- /han"oh veuhr/, n.1. a member of the royal family that ruled Great Britain under that name from 1714 to 1901.2. a former province in NW Germany; now a district in Lower Saxony. 14,944 sq. mi. (38,705 sq. km).3. a city in and the capital of Lower Saxony, in N central Germany. 495,300.4. a city in S Pennsylvania. 14,890.5. a town in SE Massachusetts. 11,358.German, Hannover /hah noh"veuhrdd/ (for defs. 2, 3).
* * *town (township), Grafton county, western New Hampshire, U.S. It lies along the Connecticut River and includes the communities of Hanover and Etna. It was settled in 1765 and named for Hanover, Connecticut, the home of many of its early settlers. Hanover is the seat of Dartmouth College (founded 1769) and the Mary Hitchcock Memorial Hospital. Dartmouth's Baker Library, on the campus green, has frescoes by the Mexican artist José Clemente Orozco. Annual collegiate events include the Dartmouth Winter Carnival. Nearby are the home of the sculptor Augustus Saint-Gaudens (Saint-Gaudens, Augustus) (national historic site; authorized 1964), Wilder Dam and Boston Lot Lake, and the Dartmouth Skiway. Area 49 square miles (127 square km). Pop. (2000) 10,850; (2006 est) 11,151.borough (town), York county, southern Pennsylvania, U.S. It lies in the Conewago Creek valley, 20 miles (32 km) southwest of York. Laid out in 1763 by Colonel Richard McAllister, it was incorporated as a borough in 1815 and named for Hanover, Germany. Earlier it had been known as McAllistertown. Later it was called Rogue's Roost, and Rogue's Harbour, because of its lack of law enforcement over boundary disputes between Pennsylvania and Maryland. The first American Civil War battle north of the Mason-Dixon Line was fought there on June 30, 1863, when General J.E.B. Stuart's (Stuart, Jeb) Confederate cavalry clashed with Union forces under General Hugh J. Kilpatrick and General George A. Custer (Custer, George Armstrong).A trading point for rich farmlands, the borough also has light manufactures (shoes, machine tools, snack foods, and furniture). Nearby Hanover Shoe Farms breeds Standardbred horses. The nearby Conewago Chapel, established as a Jesuit mission and originally built of logs in 1741, was rebuilt of stone in 1787 and designated a Sacred Heart Basilica in 1962. Pop. (1990) 14,399; (2000) 14,535.village, seat of Hanover county, east-central Virginia, U.S. It lies immediately east of Ashland, near the Pamunkey River, 15 miles (24 km) north of Richmond. Founded in 1720 and named for the elector of Hanover (afterward King George I of England), it is known for its association with Patrick Henry (Henry, Patrick), orator of the American Revolution, who was largely responsible for the passage of the Bill of Rights (Rights, Bill of). Henry was born (May 29, 1736) at Studley, 1.5 miles (2.4 km) to the south, and in the Hanover Courthouse (1733) he gained fame as an orator by effectively pleading (December 1, 1763) the colony's case against the Parson's Cause. In 1775 he organized Virginia's first military company, the Hanover County Volunteers, in the village. The Hanover Tavern (c. 1723), operated by John Shelton, Henry's father-in-law, has been restored and is now the home of the Barksdale Theatre.Scotchtown, to the northwest, was one of Henry's homes (1771–78) and also the girlhood home of Dolley Madison (née Payne), wife of President James Madison (Madison, James). Henry Clay (Clay, Henry), the statesman and orator, was born (1777) at Clay Spring, 4.5 miles (7 km) to the south. A few miles north of Hanover is Paramount's Kings Dominion, a 400-acre (162-hectare) amusement complex with WaterWorks, a water park.▪ historical state, Germanyformer state of northwestern Germany, first an electorate (1692–1806) of the Holy Roman Empire, then a kingdom (1814–66), and finally a Prussian province (1866–1945). After World War II the state was administratively abolished; its former territory formed about 80 percent of the Land (state) of Lower Saxony.Hanover grew out of the early 17th-century division of territories of the Welf house of Brunswick-Lüneburg. Created in 1638 as the principality of Brunswick-Calenberg-Göttingen, it came to be named after its principal town, Hanover. Ernest Augustus I (1630–98), duke from 1680, united the principality with that of Lüneburg, marrying his son George Louis to Sophia Dorothea of Celle, only daughter of George William, duke of Brunswick-Lüneburg; upon the latter's death in 1705 the two states were formally joined. Ernest Augustus in 1692 had obtained from the Holy Roman emperor Leopold I the designation of his principality as the ninth electorate of the empire, called officially Brunswick-Lüneburg but commonly Hanover.Ernest Augustus had married Sophia of the Palatinate, granddaughter of James I of Great Britain. The British Act of Settlement (Settlement, Act of) (1701) designated her heiress of the British crown after Queen Anne, but, because Sophia died shortly before Anne in 1714, her son George Louis succeeded as George I, the first of five monarchs of the house of Hanover to rule both Hanover and Great Britain. The court of the electress Sophia had been a cultural centre, embellished especially by George Frideric Handel and G.W. Leibniz. George I (d. 1727) and George II (d. 1760) frequently visited their homeland; but George III (d. 1820) never did so, and George IV (d. 1830) and William IV (d. 1837) did so only once each. The electorate was ruled well in their absence by a ministry in Hanover, associated with the German chancellery in London.Hanover was expanded to the North Sea by the addition of Bremen and Verden in 1715 and the bishopric of Osnabrück in 1803. Called Britain's “Achilles' heel” in continental Europe, Hanover suffered invasions during Britain's wars, especially during the Seven Years' War (1756–63) and the French Revolutionary and Napoleonic Wars from 1793. The Prussians seized it in 1801 and 1805 and the French in 1803 and 1806, after which part of it was incorporated into the French empire and the rest into the Kingdom of Westphalia, created by Napoleon I for his brother Jérôme Bonaparte. After the fall of Napoleon in 1814, Hanover was reconstituted as a kingdom largely because of British influence and acquired Hildesheim, Eichsfeld, East Frisia, Bentheim, Lingen, and Emsland. It was the fourth largest German state after Austria, Prussia, and Bavaria. The constitution imposed on Hanover by George IV in 1819 did little to alter the nobles' domination of the state, and only after a rising in 1830 did William IV (in 1833) grant a new charter extending political power to the middle class and (to a minor extent) to the peasantry and submitting state finances and royal revenues to parliamentary control.The death of William IV on June 20, 1837, terminated the personal union between Great Britain and Hanover. Because of the Hanoverian law prohibiting female succession if there was a male heir, Ernest Augustus, Duke of Cumberland (1771–1851) and brother of William IV, became king of Hanover upon William's death, while William's niece Victoria succeeded to the British throne. A reactionary, Ernest Augustus overthrew the Hanoverian constitution, but the revolution of 1848–49 forced him to grant a new one. In 1851 Hanover joined the German Customs Union (Zollverein).George V (1819–78), blind from the age of 14, became king on his father's death in 1851. The rise of Prussia undid his kingdom: he tried to remain neutral in the Seven Weeks' War in 1866 between Austria and Prussia but was driven from Hanover by Prussian forces. The kingdom was then annexed by Prussia (Sept. 20, 1866) and accorded limited self-government. The German Hanoverian party continued to demand a separate status for Hanover in the Reichstag throughout the period of the German Empire (1871–1918), but Hanover remained part of Prussia until 1945.Hanover was briefly reestablished as a state in August 1946, but on November 1 of that year it was united with Oldenburg, Brunswick, and Schaumburg-Lippe to form the Land (state) of Lower Saxony (Niedersachsen). The name Hannover now applies to a district within that state.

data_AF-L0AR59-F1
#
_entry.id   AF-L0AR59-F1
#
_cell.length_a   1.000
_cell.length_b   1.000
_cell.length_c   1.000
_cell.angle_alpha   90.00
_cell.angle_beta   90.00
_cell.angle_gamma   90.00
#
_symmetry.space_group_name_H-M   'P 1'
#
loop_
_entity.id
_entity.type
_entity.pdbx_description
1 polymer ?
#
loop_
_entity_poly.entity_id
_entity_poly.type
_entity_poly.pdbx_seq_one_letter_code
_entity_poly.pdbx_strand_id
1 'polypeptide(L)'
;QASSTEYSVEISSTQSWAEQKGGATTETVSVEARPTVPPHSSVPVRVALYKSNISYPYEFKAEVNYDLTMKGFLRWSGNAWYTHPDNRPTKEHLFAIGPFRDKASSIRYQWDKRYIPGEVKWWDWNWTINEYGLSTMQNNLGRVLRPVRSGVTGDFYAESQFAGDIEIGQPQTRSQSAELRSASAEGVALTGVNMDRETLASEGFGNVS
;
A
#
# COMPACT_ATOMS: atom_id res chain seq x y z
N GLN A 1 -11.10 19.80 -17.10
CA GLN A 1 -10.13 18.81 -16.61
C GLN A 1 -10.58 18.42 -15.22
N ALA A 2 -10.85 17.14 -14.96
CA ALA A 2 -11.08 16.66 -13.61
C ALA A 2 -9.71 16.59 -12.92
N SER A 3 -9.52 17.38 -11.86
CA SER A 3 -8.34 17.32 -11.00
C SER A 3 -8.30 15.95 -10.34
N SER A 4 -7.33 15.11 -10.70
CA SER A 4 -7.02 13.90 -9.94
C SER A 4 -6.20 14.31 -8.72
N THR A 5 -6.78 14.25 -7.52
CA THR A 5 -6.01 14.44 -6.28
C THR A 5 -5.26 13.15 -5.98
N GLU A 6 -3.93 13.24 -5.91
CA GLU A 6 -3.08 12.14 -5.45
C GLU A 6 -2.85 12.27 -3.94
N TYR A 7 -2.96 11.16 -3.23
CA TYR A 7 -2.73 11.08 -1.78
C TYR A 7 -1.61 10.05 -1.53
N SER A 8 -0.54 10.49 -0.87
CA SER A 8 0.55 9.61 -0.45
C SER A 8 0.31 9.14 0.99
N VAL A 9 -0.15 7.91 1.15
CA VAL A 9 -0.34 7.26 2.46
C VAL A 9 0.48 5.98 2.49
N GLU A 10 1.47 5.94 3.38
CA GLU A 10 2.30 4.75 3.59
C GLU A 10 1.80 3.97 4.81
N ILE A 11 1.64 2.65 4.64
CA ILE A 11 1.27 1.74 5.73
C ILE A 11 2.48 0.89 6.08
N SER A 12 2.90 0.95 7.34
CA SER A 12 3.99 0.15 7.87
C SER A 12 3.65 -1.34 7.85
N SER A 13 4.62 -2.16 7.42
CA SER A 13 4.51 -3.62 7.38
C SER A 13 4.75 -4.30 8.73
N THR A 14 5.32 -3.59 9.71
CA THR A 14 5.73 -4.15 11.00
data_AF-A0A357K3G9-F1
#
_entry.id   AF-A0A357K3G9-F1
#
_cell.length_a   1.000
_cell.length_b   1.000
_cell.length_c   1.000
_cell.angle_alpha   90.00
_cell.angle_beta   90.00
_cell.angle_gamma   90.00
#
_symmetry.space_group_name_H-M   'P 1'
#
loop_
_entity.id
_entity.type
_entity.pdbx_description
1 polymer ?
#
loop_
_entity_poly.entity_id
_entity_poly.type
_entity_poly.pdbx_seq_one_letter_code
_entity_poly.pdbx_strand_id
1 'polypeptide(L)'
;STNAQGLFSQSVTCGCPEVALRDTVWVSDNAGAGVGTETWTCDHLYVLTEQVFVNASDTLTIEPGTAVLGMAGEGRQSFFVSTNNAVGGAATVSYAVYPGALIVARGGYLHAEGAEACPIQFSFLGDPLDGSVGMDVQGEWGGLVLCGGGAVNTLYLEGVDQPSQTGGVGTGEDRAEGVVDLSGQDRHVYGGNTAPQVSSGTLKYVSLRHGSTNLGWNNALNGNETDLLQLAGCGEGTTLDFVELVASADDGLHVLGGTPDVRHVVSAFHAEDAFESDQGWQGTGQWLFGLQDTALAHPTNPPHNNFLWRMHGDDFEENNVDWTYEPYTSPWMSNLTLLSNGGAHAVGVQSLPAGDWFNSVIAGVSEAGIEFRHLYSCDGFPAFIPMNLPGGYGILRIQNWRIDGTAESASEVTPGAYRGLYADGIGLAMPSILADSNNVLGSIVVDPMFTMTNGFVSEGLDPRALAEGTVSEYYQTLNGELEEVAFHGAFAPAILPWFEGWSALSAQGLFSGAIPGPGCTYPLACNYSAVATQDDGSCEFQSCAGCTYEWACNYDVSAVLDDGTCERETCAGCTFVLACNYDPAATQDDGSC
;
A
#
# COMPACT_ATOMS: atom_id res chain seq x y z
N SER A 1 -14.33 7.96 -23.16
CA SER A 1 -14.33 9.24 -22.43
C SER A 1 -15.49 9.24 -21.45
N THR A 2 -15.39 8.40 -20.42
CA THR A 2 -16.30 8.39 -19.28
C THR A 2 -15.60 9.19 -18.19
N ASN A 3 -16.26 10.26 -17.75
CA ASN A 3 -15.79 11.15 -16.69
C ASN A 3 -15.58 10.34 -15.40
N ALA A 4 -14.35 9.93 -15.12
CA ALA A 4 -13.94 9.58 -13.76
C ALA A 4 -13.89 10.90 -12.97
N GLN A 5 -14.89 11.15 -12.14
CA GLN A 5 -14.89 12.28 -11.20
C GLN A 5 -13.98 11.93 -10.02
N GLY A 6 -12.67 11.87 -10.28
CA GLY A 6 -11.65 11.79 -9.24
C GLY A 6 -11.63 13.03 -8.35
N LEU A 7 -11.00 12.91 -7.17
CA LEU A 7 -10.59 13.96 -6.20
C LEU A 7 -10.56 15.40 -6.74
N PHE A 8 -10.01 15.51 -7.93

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Hanover, IL — U.S. village in Illinois Population (2000): 836 Housing Units (2000): 441 Land area (2000): 0.592400 sq. miles (1.534309 sq. km) Water area (2000): 0.000000 sq. miles (0.000000 sq. km) Total area (2000): 0.592400 sq. miles (1.534309 sq. km) FIPS… … StarDict's U.S. Gazetteer Places
Hanover, IN — U.S. town in Indiana Population (2000): 2834 Housing Units (2000): 1144 Land area (2000): 2.100480 sq. miles (5.440219 sq. km) Water area (2000): 0.000000 sq. miles (0.000000 sq. km) Total area (2000): 2.100480 sq. miles (5.440219 sq. km) FIPS… … StarDict's U.S. Gazetteer Places
Hanover, KS — U.S. city in Kansas Population (2000): 653 Housing Units (2000): 332 Land area (2000): 0.502794 sq. miles (1.302230 sq. km) Water area (2000): 0.000000 sq. miles (0.000000 sq. km) Total area (2000): 0.502794 sq. miles (1.302230 sq. km) FIPS code … StarDict's U.S. Gazetteer Places
Hanover, MI — U.S. village in Michigan Population (2000): 424 Housing Units (2000): 164 Land area (2000): 0.411163 sq. miles (1.064907 sq. km) Water area (2000): 0.008446 sq. miles (0.021875 sq. km) Total area (2000): 0.419609 sq. miles (1.086782 sq. km) FIPS… … StarDict's U.S. Gazetteer Places
Hanover, MN — U.S. city in Minnesota Population (2000): 1355 Housing Units (2000): 456 Land area (2000): 4.891948 sq. miles (12.670087 sq. km) Water area (2000): 0.238551 sq. miles (0.617844 sq. km) Total area (2000): 5.130499 sq. miles (13.287931 sq. km) FIPS … StarDict's U.S. Gazetteer Places